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Dihya, the Berber Queen

Dihya, the Berber Queen 

    In a time when women in India worth nothing, girls were buried alive in the Arab world and women were isolated alone in China, the Berbers placed the crown on the head of Dihya as their queen, empress and knight of North Africa. So, the Amazigh people were the first people who honor women and even crown them with the highest positions.

    The Queen Dihya is the historical, cultural and the identity figure of Amazighs and the Chaouis, alongside Massinissa, Jugurtha, etc. She symbolizes also the soul and icon of the Amazigh resistance against Muslims conquests in North Africa. She came from the Zenata tribe whose way of life was pastoral and semi-nomadic. She was born in the early 7th century and died fighting in Tebessa (Algerian Province) during the Muslim conquest of the Maghreb around the end of the 7th century. She nicknamed by her Muslim opponents as Kahina (the priestess and soothsayer) because of her reputed ability to foresee the future.

      For five years, she ruled a free Berber state from the Auras Mountains to the oasis of Gadames (695-700 AD) thanks to her remarkable intelligence .She used to ride a horse and seek among the people from Auras to Tripoli, wandering around Africa carrying arms to defend the land of her ancestors. In addition to her fascinating beauty, Queen Dihya managed to gather Imazighen, the local inhabitants of North Africa, under her power of conviction and her great intelligence to fight against the Muslim conquest. Because her kingdom remained the only obstacle to the advancement of Muslims in the west, Hassan Ibn Numan resumed the offensive against the Imazighen.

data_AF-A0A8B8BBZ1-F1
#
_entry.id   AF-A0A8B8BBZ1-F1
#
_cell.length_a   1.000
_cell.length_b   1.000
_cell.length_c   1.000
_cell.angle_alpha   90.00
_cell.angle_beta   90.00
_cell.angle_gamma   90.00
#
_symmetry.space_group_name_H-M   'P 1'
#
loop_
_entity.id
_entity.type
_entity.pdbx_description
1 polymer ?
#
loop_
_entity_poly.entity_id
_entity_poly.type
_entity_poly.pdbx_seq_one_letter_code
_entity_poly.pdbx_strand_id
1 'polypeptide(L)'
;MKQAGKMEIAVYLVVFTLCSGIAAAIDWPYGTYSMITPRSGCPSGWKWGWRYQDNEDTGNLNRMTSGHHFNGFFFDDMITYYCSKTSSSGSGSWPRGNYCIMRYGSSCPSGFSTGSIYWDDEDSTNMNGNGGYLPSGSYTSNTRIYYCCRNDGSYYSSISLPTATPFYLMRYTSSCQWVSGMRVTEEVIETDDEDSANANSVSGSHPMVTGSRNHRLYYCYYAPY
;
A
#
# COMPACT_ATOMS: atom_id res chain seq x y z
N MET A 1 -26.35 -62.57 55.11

In 697, under Dihya’s command, Imazighen (Amazighs) crushed the army of Ibn Numan. The Imazighen troops make so many casualties that the Arabs call the place "Nahr Al Bala"(the river of suffering). It is said that the river was red with the blood of Arab fighters. After this victory the Imazighen pursue the Muslims, and impose a second defeat on them. 

Ibn Numan withdrew because he became aware of the strong resistance he will encounter during his conquests in North Africa, he undertakes a systematic conquest of the country. Thus, he called for reinforcements from Caliph Abd Al Malik in 702. After two years of war, the final battle took place in 704, in Tabarqa. The battle of Tabarqa is finally won by the Muslims, but it is not easy victory for them. The Imazighen, although very inferior in number, oppose a fierce resistance.  Dihya Faced with such a force had no choice; she accepted death with courage. Finally, she was captured and decapitated at the locality Bir El Kahina (The well of the Kahina). . Dihya's two sons (Ifran and Yezdia) had joined the Muslim camp before the battle. 

Hassan Ibn Numan shows great respect for the Amazigh people after his victory. He does not make prisoners and does not commit any looting. His great tolerance makes him also one of the figures of the Islamization of Imazighen. 

     In contemporary Algerian literature, this legendary woman, Dihya or Kahina is mentioned in the works of Kateb Yacine and other writers as an icon of Amazigh people of North Africa.

Written by ARAB Sabrina


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